Update March 16, 2016: With more requests coming in I’ve had to make up some more tools. Currently there are 3 units in stock ready to ship. I recently set up an Ebay account but they charge too much money to sell things there so please contact me directly (see below).
NOTE: if you are having issues with the serpentine belt “walking” off the A/C pulley or any of the other accessories there’s a very good chance your tensioner is buggered. This happened on my ’96 9000. The rubber bellows on the tensioner had become torn and water got into the cylinder and damaged it.
With several drivers in the family, and a newbie driver on the way, vehicle maintenance is a rather sore topic at Fairway Academy. We bought our first Saab in 1995 and the disease has simply worsened since then. The current fleet includes a couple of Saab 9000 models. Changing the serpentine belt has always been an adventure since we don’t have the special tool used to either compress or retain the automatic belt tensioner. Faced with some significant work on the latest addition to the fleet I finally decided to try to obtain one of these devices. Failing that, the next step was to simply build one of our own. It came out so well, at least as nice as the official Saab tool used to compress the tensioner, that I had a request right away from someone if I could also make one for them. Well, here it is:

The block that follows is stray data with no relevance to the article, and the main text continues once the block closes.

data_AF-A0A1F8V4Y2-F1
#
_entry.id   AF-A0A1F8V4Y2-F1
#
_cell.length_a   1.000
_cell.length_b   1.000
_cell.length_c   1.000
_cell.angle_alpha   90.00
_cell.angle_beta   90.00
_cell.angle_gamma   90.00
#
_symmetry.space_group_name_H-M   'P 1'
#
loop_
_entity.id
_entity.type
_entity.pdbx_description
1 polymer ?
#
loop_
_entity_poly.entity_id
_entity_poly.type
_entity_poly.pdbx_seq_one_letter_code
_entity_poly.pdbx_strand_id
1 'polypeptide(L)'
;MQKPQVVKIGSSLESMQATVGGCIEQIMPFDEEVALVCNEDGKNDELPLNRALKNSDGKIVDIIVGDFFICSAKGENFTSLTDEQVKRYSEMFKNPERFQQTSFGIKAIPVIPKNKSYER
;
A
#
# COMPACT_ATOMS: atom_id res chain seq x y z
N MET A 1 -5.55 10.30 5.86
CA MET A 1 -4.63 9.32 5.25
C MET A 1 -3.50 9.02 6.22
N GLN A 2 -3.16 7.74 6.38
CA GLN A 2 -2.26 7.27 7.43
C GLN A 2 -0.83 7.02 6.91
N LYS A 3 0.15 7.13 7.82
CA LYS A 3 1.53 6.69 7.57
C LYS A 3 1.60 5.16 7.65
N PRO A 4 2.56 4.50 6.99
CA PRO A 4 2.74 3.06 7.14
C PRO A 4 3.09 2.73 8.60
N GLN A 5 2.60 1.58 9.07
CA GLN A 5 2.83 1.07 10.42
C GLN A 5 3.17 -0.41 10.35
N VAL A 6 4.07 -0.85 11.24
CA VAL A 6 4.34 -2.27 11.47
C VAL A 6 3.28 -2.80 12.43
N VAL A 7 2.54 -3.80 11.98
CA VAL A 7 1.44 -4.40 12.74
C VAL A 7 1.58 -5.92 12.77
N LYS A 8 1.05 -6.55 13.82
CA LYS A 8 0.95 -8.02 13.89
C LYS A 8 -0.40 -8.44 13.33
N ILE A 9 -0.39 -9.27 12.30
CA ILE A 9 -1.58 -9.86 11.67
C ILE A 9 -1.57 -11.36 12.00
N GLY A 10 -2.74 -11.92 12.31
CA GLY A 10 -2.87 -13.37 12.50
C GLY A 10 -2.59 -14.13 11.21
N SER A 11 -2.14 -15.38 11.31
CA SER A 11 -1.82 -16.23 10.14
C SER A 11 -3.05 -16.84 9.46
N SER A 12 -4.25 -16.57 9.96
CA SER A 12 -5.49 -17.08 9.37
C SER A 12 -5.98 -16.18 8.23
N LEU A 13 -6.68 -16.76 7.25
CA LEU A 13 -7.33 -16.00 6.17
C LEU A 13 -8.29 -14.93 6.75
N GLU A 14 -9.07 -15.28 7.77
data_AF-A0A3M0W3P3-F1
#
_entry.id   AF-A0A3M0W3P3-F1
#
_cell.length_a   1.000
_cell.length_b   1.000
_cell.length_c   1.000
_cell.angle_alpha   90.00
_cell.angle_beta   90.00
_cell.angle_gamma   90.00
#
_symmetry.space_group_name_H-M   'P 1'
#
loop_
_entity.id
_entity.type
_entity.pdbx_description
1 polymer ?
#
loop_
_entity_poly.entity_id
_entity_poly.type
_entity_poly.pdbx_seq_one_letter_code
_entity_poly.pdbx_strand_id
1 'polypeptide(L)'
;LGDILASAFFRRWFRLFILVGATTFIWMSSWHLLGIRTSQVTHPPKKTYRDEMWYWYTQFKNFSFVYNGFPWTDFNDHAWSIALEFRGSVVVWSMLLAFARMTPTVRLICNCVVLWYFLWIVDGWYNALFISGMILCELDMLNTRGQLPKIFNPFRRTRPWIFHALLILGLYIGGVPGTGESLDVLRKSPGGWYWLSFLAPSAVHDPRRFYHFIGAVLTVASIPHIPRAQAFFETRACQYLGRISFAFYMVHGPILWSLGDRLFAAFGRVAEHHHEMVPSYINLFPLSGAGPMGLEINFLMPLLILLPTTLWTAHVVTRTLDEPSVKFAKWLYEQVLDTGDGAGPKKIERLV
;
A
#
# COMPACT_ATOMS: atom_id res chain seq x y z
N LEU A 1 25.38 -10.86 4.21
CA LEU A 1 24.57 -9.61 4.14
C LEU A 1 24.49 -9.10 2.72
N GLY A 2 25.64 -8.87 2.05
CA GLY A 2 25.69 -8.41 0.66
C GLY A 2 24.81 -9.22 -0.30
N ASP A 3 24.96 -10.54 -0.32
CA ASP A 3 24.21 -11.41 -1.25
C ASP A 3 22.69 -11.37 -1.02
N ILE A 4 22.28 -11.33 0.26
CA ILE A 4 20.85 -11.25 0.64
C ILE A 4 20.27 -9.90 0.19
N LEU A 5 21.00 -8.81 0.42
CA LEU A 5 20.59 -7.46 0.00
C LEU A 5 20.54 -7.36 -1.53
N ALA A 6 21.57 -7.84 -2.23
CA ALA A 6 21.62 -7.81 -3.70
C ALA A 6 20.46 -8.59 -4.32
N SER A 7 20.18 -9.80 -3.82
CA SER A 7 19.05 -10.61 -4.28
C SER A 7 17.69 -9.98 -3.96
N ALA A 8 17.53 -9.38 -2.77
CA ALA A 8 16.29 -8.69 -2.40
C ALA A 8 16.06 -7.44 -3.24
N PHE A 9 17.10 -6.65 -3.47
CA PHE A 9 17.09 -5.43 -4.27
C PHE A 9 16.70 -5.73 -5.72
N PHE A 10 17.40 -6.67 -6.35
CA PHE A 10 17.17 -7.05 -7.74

I have a few of these made up and enough material on hand for a few more. If you are interested in obtaining one ($35USD incl. shipping in USA) please send a message to the administrator at email@example.com.
Update, March 2014: Due to demand I have made another batch of these and currently have a couple extra tools left over for immediate shipment if anyone is interested in obtaining one. Glad to see there are still some 9000’s running around out there. Also I’ve had some feedback from users about using the tool, see below for instructions.
Be careful to note the locations of the two notches or slots in the serpentine belt tensioner brackets, one located at each end of the spring tensioner device. The tool is designed to be attached to these slots with the bolt end facing down, as shown below:
Once properly fitted to the tensioner bracket, use a ratchet with an extension to gently tighten the tool, compressing the tensioner just enough to relieve the tension on the serpentine belt. NOTE: THE TOOL CAN BE DAMAGED BY OVERTIGHTENING! I purposely designed this tool to self destruct if abused in order to prevent damage to the belt tensioner and its mounting brackets. You bend that bugger and you’ll never get the belt to stay on and you’ll have to replace the whole kit. Note also that the tool was designed to be used only one way, with the bolt on the bottom as shown. If you are cheating and trying to use it from the top without taking out the wing liner you risk damaging the tool since it won’t fit as closely to the bracket as it will when oriented with the bottom down. Note in the picture above how there is a bit of an offset between the moving and fixed parts of the tensioner bracket. Also if you are replacing the idler pulley on the tensioner arm loosen the bolt (it has left handed threads by the way) prior to attaching and using the tensioner compression tool to avoid damaging the tool- sometimes it takes a LOT of torque to get that bolt loose, and you’ll need the belt tight in order to have something to work against.